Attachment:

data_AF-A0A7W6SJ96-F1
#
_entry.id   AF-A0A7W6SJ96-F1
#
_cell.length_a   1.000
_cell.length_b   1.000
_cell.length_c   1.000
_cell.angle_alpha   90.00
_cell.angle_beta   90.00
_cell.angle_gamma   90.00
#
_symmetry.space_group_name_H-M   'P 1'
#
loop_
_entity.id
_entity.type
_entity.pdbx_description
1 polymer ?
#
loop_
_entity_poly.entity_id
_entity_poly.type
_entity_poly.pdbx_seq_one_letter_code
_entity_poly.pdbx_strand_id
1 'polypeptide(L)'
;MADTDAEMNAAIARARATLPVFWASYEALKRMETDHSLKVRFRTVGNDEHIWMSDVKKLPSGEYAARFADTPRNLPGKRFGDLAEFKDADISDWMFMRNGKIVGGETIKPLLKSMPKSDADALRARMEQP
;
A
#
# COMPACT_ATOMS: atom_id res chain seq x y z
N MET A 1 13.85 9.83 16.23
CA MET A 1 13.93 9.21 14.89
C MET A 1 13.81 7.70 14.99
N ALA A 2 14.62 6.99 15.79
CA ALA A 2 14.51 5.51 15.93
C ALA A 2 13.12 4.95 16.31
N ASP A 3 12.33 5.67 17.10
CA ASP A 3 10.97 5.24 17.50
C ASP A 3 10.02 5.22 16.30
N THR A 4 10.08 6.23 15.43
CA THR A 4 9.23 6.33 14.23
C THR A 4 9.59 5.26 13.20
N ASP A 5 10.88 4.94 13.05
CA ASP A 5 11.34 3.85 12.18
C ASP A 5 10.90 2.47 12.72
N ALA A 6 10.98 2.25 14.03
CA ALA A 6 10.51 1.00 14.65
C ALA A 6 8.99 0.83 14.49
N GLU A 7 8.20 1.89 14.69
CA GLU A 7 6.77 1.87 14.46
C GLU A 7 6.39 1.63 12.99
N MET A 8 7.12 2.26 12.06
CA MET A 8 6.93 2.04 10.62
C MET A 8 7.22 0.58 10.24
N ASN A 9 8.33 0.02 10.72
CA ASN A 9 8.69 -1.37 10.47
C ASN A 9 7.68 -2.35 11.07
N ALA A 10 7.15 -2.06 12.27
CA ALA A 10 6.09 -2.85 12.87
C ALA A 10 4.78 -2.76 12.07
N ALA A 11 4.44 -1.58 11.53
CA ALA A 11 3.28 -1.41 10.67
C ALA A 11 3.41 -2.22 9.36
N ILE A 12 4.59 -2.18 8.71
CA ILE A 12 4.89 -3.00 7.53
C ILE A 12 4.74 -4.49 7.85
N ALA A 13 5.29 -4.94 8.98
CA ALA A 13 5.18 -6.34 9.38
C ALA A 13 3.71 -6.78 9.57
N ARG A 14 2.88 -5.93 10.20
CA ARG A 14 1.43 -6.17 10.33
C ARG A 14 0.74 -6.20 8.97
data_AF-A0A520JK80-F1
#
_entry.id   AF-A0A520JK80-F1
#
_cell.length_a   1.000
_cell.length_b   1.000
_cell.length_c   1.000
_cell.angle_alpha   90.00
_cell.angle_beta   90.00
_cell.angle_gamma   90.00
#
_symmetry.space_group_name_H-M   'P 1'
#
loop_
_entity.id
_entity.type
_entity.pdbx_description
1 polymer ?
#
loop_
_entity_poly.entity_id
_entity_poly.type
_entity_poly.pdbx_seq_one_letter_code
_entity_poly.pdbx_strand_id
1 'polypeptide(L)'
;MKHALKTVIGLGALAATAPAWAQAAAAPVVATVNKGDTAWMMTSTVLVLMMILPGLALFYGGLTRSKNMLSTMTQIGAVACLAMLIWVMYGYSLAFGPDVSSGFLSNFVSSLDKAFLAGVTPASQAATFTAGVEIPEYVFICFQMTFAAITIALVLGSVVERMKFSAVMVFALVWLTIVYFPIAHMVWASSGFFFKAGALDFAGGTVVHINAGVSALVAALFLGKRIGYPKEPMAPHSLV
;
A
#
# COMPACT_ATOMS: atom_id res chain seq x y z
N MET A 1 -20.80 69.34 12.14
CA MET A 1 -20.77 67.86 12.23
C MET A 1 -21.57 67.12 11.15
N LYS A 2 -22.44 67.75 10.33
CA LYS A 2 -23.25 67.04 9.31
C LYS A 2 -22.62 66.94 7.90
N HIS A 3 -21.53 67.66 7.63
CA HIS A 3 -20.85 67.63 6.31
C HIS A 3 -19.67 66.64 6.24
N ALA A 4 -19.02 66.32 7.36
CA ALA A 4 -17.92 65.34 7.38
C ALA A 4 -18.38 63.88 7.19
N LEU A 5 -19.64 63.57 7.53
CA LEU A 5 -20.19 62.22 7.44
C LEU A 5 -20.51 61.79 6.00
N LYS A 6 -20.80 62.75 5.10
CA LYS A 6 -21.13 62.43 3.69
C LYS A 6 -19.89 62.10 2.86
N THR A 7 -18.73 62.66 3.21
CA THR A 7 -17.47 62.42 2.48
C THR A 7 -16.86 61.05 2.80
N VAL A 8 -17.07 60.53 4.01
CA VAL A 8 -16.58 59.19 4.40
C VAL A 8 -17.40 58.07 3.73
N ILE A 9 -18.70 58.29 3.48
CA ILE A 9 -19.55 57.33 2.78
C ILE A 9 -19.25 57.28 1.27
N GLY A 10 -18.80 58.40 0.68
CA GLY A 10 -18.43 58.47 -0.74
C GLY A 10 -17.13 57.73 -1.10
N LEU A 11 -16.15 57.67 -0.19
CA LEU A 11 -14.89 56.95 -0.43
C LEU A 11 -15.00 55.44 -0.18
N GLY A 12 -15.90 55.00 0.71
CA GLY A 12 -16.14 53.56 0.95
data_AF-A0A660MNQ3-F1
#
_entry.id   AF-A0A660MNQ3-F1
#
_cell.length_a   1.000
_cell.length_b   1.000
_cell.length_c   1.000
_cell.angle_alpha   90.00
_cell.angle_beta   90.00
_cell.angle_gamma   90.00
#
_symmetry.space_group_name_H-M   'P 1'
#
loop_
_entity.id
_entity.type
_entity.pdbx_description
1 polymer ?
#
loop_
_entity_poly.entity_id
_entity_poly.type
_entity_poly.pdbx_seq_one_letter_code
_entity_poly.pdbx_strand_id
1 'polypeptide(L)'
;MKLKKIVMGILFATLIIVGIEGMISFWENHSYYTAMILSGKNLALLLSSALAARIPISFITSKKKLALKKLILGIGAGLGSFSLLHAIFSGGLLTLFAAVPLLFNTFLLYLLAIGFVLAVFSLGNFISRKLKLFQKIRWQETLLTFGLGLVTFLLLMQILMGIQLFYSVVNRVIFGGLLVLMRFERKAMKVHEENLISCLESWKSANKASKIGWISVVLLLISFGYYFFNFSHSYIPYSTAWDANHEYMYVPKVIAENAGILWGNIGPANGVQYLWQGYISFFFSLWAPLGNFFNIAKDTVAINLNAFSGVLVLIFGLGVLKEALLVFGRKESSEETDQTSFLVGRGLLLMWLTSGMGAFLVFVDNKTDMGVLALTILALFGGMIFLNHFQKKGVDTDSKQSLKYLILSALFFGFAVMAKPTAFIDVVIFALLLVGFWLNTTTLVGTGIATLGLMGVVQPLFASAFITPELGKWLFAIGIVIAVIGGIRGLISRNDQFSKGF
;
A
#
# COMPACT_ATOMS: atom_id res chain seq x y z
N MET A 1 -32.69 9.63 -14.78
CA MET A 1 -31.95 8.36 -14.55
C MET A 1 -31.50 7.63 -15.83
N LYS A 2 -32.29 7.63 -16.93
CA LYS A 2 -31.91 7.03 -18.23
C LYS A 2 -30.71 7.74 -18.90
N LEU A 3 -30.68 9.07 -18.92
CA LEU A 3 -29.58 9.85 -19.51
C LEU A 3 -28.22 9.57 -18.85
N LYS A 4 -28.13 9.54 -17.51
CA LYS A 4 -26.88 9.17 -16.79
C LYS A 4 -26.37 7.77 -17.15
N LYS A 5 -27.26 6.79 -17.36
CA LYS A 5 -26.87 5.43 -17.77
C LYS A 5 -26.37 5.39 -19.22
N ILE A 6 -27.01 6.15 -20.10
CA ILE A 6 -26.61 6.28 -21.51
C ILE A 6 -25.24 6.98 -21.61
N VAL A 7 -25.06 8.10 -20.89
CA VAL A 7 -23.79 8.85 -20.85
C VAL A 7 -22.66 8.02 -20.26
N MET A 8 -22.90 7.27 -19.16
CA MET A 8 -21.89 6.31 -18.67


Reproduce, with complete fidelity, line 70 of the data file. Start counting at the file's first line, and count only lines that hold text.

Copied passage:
N ARG A 14 2.88 -5.93 10.20